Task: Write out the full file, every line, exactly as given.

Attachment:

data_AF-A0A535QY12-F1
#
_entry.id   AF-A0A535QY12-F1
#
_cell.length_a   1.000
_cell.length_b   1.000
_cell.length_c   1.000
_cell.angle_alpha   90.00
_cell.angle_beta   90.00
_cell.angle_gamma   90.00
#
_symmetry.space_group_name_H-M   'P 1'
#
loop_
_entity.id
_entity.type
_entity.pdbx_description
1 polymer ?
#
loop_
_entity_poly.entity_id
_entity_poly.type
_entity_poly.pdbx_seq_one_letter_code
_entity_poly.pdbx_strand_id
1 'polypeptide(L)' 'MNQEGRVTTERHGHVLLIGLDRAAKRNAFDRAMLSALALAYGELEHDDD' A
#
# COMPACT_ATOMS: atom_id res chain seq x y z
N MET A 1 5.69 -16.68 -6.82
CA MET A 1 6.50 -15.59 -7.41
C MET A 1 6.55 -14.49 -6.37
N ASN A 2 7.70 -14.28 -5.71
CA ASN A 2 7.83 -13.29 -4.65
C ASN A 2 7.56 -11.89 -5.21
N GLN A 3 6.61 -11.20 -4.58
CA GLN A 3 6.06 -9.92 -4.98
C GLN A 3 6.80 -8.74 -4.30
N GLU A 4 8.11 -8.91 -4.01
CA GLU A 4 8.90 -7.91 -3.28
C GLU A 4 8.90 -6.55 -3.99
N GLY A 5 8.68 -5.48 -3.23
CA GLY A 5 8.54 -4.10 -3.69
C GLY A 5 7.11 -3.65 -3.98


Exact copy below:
data_AF-A0A535QY12-F1
#
_entry.id   AF-A0A535QY12-F1
#
_cell.length_a   1.000
_cell.length_b   1.000
_cell.length_c   1.000
_cell.angle_alpha   90.00
_cell.angle_beta   90.00
_cell.angle_gamma   90.00
#
_symmetry.space_group_name_H-M   'P 1'
#
loop_
_entity.id
_entity.type
_entity.pdbx_description
1 polymer ?
#
loop_
_entity_poly.entity_id
_entity_poly.type
_entity_poly.pdbx_seq_one_letter_code
_entity_poly.pdbx_strand_id
1 'polypeptide(L)' 'MNQEGRVTTERHGHVLLIGLDRAAKRNAFDRAMLSALALAYGELEHDDD' A
#
# COMPACT_ATOMS: atom_id res chain seq x y z
N MET A 1 5.69 -16.68 -6.82
CA MET A 1 6.50 -15.59 -7.41
C MET A 1 6.55 -14.49 -6.37
N ASN A 2 7.70 -14.28 -5.71
CA ASN A 2 7.83 -13.29 -4.65
C ASN A 2 7.56 -11.89 -5.21
N GLN A 3 6.61 -11.20 -4.58
CA GLN A 3 6.06 -9.92 -4.98
C GLN A 3 6.80 -8.74 -4.30
N GLU A 4 8.11 -8.91 -4.01
CA GLU A 4 8.90 -7.91 -3.28
C GLU A 4 8.90 -6.55 -3.99
N GLY A 5 8.68 -5.48 -3.23
CA GLY A 5 8.54 -4.10 -3.69
C GLY A 5 7.11 -3.65 -3.98